MARK JACKSON: To me, as a former player, more importantly, than any other role I’ve play, to me, the teams will buy in and generate — the good teams, the very good teams, will buy in and generate their own energy and enthusiasm which will allow them to be successful on the court. It’s almost like, I mean, some of the best competitive games we’ve had in my 17 years of playing were ones without the cameras and without the fans in practice, getting after it, competing against a second unit, against your teammates. So I don’t really see that as being as big a deal as everybody else, especially when the lights are on and you know it’s a real game.

I think that the best in the world will show up and to a certain extent, show out on the court.

JEFF VAN GUNDY: I think it will be interesting how much more can be heard from play calls which will, you know, make it easier for the person in charge of scouting to know what’s coming, to the amount of talk between coaches and officials, players and officials, and player and player.

I think there’s something like 39 mics around the courts or something, that will pick that up. So I think that will be interesting, as well. The sounds of the game, being picked up — and I am just so interested in the overall mental — it’s new right now. In a month, does not playing in front of a crowd impact the games, even if they are playoff games, or is the intensity the same level as we would be accustomed to seeing?

I can’t wait for the answer because I think it’s going to be a fascinating story to witness.

Q. This is a non-basketball question. What have you haven’t been asked or that you want to speak about regarding the players and even you looking at the overall conditions that’s going on in terms of the social justice awareness and what’s going on and their focus this season to continue to highlight those issues as they are trying to pray in these uncertain times?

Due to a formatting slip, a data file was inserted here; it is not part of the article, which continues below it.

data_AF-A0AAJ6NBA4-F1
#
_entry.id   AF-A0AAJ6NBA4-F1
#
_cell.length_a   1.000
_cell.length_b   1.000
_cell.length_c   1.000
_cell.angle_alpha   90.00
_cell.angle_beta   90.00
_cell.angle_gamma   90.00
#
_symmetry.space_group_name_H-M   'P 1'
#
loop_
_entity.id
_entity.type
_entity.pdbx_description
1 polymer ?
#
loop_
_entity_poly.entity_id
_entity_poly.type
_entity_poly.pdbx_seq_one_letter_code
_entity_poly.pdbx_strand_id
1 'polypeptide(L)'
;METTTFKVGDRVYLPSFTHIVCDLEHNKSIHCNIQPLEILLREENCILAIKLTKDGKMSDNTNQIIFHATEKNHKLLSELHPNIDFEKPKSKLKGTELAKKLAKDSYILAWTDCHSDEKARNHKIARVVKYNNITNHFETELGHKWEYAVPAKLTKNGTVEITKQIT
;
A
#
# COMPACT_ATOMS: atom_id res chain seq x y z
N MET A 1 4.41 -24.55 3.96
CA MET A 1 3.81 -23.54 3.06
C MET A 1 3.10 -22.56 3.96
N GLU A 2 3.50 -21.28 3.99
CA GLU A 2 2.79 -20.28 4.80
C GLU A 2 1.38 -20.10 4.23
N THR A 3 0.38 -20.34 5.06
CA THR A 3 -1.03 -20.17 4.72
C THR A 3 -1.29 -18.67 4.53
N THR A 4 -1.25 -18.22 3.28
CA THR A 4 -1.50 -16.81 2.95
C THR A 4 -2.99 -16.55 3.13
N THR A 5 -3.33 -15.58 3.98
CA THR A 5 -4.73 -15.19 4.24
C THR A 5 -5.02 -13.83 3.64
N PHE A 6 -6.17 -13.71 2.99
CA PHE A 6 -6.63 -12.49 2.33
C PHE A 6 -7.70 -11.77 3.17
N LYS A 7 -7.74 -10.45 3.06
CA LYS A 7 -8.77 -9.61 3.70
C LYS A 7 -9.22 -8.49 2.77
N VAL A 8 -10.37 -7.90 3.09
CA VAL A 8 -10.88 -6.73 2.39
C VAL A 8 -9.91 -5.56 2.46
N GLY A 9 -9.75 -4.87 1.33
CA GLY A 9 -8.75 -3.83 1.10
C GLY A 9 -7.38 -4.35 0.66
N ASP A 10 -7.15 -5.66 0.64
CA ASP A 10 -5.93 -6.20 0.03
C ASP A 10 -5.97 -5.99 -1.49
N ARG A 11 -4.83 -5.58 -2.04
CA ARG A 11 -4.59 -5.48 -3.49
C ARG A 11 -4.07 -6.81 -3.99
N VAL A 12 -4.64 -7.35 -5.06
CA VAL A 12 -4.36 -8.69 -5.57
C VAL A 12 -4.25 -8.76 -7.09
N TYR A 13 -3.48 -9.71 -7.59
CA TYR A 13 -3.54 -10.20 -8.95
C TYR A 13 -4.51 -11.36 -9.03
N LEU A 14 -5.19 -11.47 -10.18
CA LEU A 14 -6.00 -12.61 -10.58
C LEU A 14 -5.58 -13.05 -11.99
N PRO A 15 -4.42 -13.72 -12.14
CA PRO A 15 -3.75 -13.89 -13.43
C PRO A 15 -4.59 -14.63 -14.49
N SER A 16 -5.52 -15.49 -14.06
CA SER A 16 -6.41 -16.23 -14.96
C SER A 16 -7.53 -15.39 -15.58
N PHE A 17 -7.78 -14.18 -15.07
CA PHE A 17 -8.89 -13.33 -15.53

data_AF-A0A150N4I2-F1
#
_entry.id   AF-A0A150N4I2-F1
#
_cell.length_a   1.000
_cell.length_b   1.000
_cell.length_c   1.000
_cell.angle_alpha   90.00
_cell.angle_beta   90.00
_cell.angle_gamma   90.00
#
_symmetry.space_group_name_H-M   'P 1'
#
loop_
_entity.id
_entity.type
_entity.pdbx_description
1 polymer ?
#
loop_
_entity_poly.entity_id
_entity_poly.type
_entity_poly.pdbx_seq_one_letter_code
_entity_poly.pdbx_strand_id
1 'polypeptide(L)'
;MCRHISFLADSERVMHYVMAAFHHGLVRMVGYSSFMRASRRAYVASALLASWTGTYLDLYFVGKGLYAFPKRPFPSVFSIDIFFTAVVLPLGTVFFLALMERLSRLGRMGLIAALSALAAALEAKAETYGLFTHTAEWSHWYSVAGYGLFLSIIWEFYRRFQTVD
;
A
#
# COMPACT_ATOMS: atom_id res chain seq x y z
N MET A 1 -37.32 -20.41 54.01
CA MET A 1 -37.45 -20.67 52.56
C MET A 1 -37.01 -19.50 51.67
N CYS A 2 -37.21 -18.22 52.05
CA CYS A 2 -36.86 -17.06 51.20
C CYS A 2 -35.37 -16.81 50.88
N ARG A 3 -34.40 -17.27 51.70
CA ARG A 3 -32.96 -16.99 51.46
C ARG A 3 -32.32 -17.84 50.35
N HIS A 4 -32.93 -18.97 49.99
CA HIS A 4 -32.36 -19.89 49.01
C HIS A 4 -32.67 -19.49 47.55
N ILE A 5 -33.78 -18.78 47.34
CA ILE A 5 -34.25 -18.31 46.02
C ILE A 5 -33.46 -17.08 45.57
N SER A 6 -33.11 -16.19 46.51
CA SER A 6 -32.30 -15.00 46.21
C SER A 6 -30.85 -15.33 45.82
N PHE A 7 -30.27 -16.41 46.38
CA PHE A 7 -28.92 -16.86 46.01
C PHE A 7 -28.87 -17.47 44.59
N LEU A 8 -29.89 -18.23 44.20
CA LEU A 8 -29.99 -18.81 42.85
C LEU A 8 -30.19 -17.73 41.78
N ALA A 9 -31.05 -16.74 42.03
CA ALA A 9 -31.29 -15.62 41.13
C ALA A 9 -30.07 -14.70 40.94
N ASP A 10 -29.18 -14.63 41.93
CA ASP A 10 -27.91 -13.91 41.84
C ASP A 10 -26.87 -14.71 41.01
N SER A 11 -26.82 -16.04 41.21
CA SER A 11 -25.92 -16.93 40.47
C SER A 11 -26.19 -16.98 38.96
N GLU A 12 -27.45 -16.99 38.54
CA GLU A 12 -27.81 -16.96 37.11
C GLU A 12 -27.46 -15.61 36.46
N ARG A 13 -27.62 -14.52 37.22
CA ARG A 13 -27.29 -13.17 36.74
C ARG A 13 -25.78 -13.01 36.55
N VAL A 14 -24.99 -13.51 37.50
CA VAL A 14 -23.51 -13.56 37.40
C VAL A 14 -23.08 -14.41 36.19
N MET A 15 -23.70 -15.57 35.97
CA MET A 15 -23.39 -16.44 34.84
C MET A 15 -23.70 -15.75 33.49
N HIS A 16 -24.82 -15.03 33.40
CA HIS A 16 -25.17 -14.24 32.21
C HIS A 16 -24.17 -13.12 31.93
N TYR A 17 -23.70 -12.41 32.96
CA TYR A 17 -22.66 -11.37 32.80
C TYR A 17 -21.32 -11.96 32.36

JEFF VAN GUNDY: I’m going to defer to Mark on this. He’s so much smarter about these issues than I am — No, I’m being serious about this.

I am blessed to be surrounded by him who enlightens me on so many things that are not in my everyday world. And far before the killing of George Floyd, but just overall the great grasp of social issues and so I will defer to him.

MARK JACKSON: I’ll just say and I’ll speak for all of us, we are really amazed at the job that the league has done, starting from Adam Silver to ownership to management to coaches to players, and leading the way, and taking a stand and making statements, not just on the back of jerseys, but putting all their chips in the middle of the table and not afraid to speak out against equality for all and justice for all. And I don’t want to minimize it to just the NBA. I want to recognize all the WNBA and the women and the staff have done an incredible job.

So in my 35 years of being around this league as a player, as a coach, and now as an analyst, I have never been more proud than I am watching where the game is today and how these guys have led the way in crying out for justice, and no matter who they have to hold accountable, they done just that and led the way.

Q. Some people are suggesting an asterisk on this season because of all the things happening. What’s your thoughts? Should an asterisk be put on the season regardless?

JEFF VAN GUNDY: An asterisk to me, I don’t understand that mentality. Is it a different season? Yes, it is. Just like the lockout seasons. And this season is even more different because the playoffs are taking place after such a long layoff.

People, significant people, have chosen not to participate with their teams. Which makes it even more difficult and more challenging. So I don’t really look at this asterisk of the 2019-2020 season. I think this is something unto itself. It was after four a half months; rosters are somewhat different. The mechanics of the playoffs are different with possible play-in games, no home-court advantage. There’s so much significantly different about this that to me, this is entirely a different thing.

But winning it is still significant. And if you win it, you will have shown great basketball skill, mental strength and togetherness, and I think that should be applauded.

MARK JACKSON: And echo what coach said. I’m in agreement. But I will say this: You can make the case that if everything goes as planned and everybody is healthy and whole in this bubble throughout the course of this, the rest of this season, crowning a champion, you can very well make the case that this has been the toughest championship to win, and that team should — if there’s going to be an asterisk, it should be the other way.